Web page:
octoprint blocked commands

In this case, you will also notice that the M0 pause behavior changes, with the OctoPrint Resume button becoming unusable and the pause dialog coming up on the LCD screen of your 3D printer, which is the intended behavior of the M0 G-code command.

octoprint resume button inactive example

When it comes to deciding on whether to remove the M0 G-code command from the OctoPrint blocked command list or not, our recommendation would be to remove it only if OctoPrint’s way of pausing the print does not work or doesn’t suit your purposes, as the ability to unpause your print by clicking a single button on the interface is otherwise quite convenient.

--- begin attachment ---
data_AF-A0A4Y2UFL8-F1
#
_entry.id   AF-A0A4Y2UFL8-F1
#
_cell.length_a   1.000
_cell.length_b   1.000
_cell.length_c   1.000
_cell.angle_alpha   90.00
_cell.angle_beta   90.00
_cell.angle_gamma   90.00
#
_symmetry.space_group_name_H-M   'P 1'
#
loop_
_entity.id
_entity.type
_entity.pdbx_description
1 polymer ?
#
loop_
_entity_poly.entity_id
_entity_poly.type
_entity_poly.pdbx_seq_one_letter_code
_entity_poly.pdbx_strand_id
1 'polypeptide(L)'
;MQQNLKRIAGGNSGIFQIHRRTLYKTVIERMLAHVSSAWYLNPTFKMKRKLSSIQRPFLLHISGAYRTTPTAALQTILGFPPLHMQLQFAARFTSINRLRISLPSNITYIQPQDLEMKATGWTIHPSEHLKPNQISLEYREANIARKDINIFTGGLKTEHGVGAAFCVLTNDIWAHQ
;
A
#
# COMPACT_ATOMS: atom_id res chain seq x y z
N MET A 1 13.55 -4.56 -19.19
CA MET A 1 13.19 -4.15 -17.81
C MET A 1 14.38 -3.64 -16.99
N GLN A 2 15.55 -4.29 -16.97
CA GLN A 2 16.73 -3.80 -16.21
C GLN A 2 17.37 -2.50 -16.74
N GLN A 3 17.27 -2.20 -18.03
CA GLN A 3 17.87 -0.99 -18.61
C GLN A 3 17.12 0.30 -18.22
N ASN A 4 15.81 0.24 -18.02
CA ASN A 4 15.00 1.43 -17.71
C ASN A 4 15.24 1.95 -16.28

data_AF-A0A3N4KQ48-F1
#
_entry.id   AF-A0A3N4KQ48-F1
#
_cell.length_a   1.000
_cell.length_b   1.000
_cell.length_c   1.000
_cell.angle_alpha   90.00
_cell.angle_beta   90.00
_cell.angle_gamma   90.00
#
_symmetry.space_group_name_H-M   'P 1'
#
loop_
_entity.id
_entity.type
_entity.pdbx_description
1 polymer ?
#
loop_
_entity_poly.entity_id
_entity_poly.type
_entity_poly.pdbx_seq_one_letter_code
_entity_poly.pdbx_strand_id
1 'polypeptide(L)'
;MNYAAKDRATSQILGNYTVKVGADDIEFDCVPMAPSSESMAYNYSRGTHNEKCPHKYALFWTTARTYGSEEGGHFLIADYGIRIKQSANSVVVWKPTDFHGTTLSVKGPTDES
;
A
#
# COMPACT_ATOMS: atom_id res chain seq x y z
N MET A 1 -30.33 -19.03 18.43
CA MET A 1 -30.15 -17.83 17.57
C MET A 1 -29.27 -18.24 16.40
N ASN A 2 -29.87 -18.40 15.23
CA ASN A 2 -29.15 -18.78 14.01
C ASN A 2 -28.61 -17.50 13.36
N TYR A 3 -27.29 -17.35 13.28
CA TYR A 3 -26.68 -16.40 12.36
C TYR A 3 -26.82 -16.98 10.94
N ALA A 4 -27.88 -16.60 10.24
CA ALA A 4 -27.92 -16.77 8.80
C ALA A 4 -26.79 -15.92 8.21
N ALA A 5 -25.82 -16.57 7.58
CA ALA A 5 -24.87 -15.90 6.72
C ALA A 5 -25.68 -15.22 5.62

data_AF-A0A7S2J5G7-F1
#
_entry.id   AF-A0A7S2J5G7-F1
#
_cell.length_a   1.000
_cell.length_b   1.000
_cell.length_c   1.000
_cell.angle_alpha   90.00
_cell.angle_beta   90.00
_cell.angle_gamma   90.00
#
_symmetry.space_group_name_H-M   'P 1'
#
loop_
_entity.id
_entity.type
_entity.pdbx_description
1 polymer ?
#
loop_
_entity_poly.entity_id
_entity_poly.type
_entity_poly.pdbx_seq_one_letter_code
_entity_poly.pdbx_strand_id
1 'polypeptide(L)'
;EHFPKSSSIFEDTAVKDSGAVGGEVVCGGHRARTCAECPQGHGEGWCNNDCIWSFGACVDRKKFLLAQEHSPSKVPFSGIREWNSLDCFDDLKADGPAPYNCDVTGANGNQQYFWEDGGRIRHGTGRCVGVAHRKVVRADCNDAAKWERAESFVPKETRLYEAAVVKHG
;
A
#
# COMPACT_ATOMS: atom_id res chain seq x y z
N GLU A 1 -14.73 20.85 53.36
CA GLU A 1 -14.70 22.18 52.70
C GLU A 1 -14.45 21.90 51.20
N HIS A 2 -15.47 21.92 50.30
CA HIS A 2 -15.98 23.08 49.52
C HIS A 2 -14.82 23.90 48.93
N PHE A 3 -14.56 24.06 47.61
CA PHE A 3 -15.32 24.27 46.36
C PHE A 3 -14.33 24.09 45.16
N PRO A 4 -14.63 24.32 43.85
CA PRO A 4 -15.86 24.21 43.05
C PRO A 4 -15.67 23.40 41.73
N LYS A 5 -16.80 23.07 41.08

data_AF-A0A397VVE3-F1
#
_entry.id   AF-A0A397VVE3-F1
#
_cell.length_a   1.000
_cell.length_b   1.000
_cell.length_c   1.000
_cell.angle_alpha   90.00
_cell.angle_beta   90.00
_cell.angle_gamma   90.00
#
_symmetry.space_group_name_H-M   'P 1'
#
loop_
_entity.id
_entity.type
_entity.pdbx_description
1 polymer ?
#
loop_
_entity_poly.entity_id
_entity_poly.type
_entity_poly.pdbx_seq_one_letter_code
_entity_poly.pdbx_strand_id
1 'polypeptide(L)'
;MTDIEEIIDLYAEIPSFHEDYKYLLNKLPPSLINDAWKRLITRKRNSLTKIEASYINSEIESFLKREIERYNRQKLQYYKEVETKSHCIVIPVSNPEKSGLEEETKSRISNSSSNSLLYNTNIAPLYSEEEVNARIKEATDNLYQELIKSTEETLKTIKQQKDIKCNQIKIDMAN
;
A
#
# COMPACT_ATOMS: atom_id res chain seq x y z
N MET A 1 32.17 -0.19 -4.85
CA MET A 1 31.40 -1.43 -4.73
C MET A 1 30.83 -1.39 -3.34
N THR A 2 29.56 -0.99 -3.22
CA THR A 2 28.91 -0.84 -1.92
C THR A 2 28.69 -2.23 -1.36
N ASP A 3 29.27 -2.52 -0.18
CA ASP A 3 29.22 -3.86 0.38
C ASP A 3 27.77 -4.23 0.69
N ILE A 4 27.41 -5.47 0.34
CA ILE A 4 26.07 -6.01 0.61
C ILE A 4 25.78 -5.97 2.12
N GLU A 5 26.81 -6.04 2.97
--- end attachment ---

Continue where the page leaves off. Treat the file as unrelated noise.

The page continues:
M25 (Pause SD Print)

Under normal circumstances, the purpose of the M25 G-code command is to pause a print that you have started through the SD card, which essentially makes its behavior no different than the M0 G-code command if you’re using an SD card to print.

That being said, unlike M0, which you can use either by adding into a G-code file or sending through a G-code terminal, you’re only supposed to use the M25 G-code command from the terminal due to it being a non-blocking command that is not meant to be used from within a G-code file.

marlin m25 standard behavior

As you may predict, in cases where you aren’t printing from an SD card, the M25 G-code command is designed to do nothing at all, as different ways, such as using the M0 command, are readily available to pause non-SD prints in such a scenario.

With that said, this isn’t all there is to the M25 G-code command, as its behavior drastically changes when a particular variable, known as PARK_HEAD_ON_PAUSE, is defined through the Configuration_adv.h file.

marlin park head on pause variable